Norway’s Terrorism in Context
The damage Behring Breivik did to the counterjihad may well have been purposeful.


Daniel Pipes

Although he attacked socialists, not Muslims, Behring Breivik clearly fits this chafing. More broadly, he fits into a pattern of growing Christian-Muslim violence visible from Nigeria to Iraq to the Philippines.

Not surprisingly, Behring Breivik belongs to the “Islam is evil” school of thought, as he frequently signaled in his manifesto:

. . . a tolerant Islam is a contradiction, and the “creation” of a tolerant past for Islam to appease the position of liberal Muslims is a lie. 


. . . to take the violence out of Islam would require it to jettison two things: the Quran as the word of Allah and Muhammad as Allah’s prophet. In other words, to pacify Islam would require its transformation into something that it is not.

Islam today is what it has been fourteen centuries: violent, intolerant, and expansionary. It is folly to think that we, in the course of a few years or decades, are going to be able to change the basic world outlook of a foreign civilisation. Islam’s violent nature must be accepted as given.

Many moderate cultural conservatives have suggested that banning Sharia will solve all our problems and force the Muslims to integrate. Unfortunately, Islam is a lot more resilient than most people can comprehend. . . . Taking Sharia (and all political aspects) out of Islam is simply not possible.

This position differs fundamentally from my own, which holds that “radical Islam is the problem, moderate Islam is the solution.” While sharing common opponents, these two outlooks differ on the nature of Islam, its potential for change, and the possibility of allying with Muslims.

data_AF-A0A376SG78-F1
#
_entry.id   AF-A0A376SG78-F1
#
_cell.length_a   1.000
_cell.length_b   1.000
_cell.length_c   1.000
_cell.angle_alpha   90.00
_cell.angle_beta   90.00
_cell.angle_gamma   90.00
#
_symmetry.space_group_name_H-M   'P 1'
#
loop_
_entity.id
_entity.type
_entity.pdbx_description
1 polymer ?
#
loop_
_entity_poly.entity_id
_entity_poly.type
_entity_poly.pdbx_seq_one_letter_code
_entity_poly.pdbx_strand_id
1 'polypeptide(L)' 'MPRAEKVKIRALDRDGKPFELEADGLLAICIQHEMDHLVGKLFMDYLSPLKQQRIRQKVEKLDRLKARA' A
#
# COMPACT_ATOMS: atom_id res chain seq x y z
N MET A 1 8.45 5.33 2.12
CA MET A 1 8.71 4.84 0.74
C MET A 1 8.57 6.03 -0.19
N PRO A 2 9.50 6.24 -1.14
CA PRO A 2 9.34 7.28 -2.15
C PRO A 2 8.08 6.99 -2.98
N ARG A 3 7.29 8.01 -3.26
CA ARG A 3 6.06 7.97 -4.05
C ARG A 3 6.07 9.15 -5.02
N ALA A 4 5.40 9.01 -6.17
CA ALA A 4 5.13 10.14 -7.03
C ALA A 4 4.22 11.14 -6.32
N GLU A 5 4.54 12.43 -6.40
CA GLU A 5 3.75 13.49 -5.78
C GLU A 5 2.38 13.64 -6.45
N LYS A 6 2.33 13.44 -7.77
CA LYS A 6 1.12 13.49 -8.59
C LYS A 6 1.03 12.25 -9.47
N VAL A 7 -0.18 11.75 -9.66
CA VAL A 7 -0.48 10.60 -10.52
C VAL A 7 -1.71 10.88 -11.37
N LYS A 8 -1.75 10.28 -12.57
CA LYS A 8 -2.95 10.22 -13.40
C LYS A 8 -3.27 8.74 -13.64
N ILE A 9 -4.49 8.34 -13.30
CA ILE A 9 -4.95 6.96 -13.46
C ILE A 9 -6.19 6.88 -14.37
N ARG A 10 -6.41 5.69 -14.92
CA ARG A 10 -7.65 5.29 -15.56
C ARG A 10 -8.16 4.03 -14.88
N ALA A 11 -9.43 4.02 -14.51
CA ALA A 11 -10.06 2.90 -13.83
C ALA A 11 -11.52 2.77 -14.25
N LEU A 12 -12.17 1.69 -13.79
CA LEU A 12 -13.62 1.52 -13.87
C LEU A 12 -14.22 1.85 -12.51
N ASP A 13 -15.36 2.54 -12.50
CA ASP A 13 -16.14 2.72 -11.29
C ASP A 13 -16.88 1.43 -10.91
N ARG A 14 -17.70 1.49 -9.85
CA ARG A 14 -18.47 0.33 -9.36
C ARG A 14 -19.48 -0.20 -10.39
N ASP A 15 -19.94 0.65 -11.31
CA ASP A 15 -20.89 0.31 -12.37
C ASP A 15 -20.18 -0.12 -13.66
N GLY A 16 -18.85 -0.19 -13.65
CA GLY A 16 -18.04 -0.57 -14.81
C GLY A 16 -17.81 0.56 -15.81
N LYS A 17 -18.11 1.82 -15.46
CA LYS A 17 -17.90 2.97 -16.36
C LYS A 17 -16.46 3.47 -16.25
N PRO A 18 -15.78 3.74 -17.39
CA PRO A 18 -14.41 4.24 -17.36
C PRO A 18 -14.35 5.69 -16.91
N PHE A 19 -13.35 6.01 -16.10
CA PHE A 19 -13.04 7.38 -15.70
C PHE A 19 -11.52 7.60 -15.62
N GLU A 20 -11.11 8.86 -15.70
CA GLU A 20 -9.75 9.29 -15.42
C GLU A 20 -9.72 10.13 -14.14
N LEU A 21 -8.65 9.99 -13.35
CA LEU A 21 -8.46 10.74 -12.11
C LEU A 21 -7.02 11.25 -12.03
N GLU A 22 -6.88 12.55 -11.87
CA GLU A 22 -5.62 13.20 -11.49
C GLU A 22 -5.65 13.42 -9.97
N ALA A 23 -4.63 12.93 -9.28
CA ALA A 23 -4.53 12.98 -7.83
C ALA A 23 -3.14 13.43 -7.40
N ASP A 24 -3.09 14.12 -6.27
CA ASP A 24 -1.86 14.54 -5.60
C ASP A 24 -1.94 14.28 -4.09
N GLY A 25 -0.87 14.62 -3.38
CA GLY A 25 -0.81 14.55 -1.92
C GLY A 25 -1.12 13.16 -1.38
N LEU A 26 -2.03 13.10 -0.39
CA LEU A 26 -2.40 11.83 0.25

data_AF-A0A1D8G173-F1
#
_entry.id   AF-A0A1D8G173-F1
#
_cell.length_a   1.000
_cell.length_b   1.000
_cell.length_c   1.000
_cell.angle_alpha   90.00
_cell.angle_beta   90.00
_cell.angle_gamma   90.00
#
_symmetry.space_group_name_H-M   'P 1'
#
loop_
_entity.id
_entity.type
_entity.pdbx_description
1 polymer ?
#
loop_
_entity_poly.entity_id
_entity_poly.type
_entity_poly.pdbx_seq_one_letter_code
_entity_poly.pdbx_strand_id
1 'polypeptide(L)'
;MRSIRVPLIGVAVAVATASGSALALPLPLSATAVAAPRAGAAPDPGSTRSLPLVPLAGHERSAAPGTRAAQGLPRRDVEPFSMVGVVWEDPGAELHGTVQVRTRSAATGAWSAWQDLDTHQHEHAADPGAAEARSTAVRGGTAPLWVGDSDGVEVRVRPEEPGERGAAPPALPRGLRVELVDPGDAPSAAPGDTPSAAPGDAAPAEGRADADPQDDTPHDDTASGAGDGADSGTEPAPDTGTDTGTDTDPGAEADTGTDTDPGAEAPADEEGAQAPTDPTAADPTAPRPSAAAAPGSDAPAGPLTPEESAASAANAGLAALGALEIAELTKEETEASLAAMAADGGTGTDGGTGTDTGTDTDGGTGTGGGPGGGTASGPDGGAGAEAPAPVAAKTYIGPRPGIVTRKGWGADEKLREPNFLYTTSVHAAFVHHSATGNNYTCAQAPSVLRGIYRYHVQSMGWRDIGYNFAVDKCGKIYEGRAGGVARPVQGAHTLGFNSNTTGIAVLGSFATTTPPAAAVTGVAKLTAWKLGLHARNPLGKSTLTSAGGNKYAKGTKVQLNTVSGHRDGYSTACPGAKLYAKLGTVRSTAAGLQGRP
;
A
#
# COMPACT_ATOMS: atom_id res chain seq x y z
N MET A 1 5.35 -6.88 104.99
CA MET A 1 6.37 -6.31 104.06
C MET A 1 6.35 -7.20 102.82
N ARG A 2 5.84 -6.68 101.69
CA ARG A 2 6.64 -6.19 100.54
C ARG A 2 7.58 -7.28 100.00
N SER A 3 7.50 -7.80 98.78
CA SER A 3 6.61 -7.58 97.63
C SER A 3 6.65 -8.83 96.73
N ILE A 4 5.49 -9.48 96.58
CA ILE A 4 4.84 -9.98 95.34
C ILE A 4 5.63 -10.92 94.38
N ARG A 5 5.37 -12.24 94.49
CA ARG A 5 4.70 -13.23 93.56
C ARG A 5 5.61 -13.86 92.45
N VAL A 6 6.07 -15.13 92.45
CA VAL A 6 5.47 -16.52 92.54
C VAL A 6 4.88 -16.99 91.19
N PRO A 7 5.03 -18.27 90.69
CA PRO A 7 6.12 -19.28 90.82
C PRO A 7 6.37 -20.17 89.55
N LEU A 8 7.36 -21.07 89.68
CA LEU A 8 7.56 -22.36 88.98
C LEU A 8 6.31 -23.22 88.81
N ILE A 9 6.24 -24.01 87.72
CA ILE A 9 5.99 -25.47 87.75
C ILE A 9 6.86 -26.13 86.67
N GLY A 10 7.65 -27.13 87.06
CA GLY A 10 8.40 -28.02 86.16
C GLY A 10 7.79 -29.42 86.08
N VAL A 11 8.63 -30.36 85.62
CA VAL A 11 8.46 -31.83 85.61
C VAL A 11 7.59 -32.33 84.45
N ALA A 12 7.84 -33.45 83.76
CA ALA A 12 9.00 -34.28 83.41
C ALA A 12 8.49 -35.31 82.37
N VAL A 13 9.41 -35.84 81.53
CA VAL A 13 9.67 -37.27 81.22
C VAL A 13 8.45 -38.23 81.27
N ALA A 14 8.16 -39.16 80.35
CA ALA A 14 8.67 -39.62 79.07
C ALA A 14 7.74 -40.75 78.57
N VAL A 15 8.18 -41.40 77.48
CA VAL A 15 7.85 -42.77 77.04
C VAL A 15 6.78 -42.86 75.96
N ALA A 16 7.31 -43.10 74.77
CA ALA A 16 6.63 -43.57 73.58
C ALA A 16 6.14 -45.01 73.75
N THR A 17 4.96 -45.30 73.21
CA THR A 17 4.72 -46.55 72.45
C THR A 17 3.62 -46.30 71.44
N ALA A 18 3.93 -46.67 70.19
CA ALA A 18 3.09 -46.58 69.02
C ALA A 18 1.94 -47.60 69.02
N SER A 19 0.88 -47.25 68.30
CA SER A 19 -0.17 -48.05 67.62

Beyond massacring innocent Norwegians, Behring Breivik damaged conservatism, the counterjihad, and (in particular) those authors he cited in his writings, including myself. A close reading of his manifesto suggests this may have been purposeful. Noting that his former membership in Norway’s conservative Progress Party would do it harm, he evinces satisfaction that this will forward his revolutionary goals:

I anticipate that the Norwegian media will persecute and undermine the Progress Party for my earlier involvement in the organisation. This is not a negative thing as an increasing amount of Norwegians will then have their “illusions of democratic change” crushed (if the Progress Party is annihilated by the multiculturalist media) and rather resorts to armed resistance.

In a similar spirit, he writes: “America as a polity is scr*wed, and thank the gods for that.”

By extension, Behring Breivik may well have wanted to harm those analysts of Islam cited in the manifesto. He calls me a “moderate,” which obviously is not meant as a compliment, and dismisses even the hardest-line critics of Islam as lacking in courage:

The reason why authors on the Eurabia related issues/Islamisation of Europe — Fjordman, Spencer, [Bat] Ye’or, Bostom etc. aren’t actively discussing deportation is because the method is considered too extreme (and thus would damage their reputational shields). . . .  If these authors are to [sic] scared to propagate a conservative revolution and armed resistance then other authors will have to.

Behring Breivik hopes to undermine anyone he perceives as obstructing his dreamed-for revolution. Temporarily, at least, he has succeeded.

— Daniel Pipes ( is president of the Middle East Forum and Taube distinguished visiting fellow at the Hoover Institution of Stanford University. © 2011 by Daniel Pipes. All rights reserved.


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